"I assume that the corrections they are referring to are related to the chart vs the GPS horizontal datum. Is that correct?"
Now NAUTICAL LOG thought it was an excellent question, worth further research and comment, so from MARINE LINK here is what happened. During a coastal passage a containership ran aground after the Watchofficer (OOW) altered course about half a mile before he reached the intended alter course position. An investigation suggested that the OOW was reading GPS alone to plot positions and was not aware that a correction needed to be applied to the readings prior to plotting on the chart. The investigation suggested that a "more detailed passage plan would have alerted the inexperienced officer to the danger and required him to cross-check his position by more than one method". All NAUTICAL LOG can say is - possibly - however a properly trained OOW is taught to confirm the position by at least two methods. On a coastal passage a bearing and range is quick and accurate, the range can be from radar or a sextant angle - remember those - which leads to a whole other question of how many ships even have a sextant on board these days. Certainly one does not see officers carrying their own anymore and few ships, including passenger ships, have one supplied as part of the Bridge navigational equipment.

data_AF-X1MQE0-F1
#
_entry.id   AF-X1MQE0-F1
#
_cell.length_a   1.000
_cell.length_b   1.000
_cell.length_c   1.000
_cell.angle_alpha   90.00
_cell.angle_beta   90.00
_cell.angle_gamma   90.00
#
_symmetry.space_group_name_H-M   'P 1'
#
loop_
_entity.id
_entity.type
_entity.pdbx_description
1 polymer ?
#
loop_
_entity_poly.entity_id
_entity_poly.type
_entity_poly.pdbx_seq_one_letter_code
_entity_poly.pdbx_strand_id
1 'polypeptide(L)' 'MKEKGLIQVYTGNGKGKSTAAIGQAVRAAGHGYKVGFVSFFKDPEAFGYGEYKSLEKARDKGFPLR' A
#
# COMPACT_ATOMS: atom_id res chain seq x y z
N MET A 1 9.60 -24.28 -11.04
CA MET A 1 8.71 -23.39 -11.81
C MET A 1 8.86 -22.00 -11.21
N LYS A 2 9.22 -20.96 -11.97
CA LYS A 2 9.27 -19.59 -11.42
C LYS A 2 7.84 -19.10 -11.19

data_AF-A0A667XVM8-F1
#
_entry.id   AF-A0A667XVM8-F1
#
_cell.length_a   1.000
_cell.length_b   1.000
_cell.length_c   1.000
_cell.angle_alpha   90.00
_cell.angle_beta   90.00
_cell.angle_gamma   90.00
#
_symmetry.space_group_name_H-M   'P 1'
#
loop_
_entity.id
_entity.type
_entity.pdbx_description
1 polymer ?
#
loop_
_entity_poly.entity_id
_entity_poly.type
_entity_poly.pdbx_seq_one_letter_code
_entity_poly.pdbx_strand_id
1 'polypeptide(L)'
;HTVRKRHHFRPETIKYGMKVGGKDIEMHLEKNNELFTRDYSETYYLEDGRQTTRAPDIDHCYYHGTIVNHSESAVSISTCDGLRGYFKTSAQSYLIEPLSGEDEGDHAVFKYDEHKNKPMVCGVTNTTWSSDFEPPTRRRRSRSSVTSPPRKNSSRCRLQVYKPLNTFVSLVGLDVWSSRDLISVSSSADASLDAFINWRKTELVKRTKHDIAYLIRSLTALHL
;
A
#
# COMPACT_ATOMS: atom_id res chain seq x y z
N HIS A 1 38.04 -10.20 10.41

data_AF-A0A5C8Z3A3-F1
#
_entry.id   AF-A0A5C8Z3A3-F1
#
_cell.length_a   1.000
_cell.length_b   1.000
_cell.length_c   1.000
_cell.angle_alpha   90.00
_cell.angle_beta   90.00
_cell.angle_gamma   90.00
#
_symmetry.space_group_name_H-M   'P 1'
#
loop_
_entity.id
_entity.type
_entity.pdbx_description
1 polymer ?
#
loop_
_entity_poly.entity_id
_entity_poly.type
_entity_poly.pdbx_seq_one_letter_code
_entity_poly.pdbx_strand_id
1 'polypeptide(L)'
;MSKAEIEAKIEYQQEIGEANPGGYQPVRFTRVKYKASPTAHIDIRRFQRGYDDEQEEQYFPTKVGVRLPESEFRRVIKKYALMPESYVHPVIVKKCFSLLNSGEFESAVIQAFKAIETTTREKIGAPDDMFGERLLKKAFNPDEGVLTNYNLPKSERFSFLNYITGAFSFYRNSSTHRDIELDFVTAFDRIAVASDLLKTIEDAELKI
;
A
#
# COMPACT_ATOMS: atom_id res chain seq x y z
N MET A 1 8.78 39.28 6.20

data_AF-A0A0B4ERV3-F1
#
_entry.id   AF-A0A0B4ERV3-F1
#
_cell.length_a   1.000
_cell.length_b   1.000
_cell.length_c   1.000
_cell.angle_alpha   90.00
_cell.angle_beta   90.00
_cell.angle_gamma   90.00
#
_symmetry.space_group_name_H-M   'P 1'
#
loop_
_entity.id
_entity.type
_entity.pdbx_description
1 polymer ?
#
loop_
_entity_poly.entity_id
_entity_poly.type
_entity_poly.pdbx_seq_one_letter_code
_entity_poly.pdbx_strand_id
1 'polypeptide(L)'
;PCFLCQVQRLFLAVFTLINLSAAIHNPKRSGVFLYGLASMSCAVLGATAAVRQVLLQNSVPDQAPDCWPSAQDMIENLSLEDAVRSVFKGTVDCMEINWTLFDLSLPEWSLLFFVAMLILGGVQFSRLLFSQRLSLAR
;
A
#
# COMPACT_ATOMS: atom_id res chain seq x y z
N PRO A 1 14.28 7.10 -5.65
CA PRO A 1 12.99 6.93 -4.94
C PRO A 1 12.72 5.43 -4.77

Anyway the investigation went on to say that seafarers must be aware that on many charts still in use a correction has to be applied to satellite-derived positions before that position is plotted on the chart. To comply with current regulations all this data should be entered up in the Passage Plan and OOW's be made aware of the corrections. So in answer to that comment which started all this - correct the charts and correct the GPS - correctly !!
GPS Error Correction
The Pennsylvania State University has done work on the causes of GPS error. The sources of error includes the clocks in satellites and receivers, the atmosphere, satellite orbits, and reflective surfaces near the receiver. The arrangement of the satellites in the sky can also increase 'dilution of precision'. Many of these errors are correctable within the equipment however navigators should be aware of a correction needed to correct readings prior to plotting.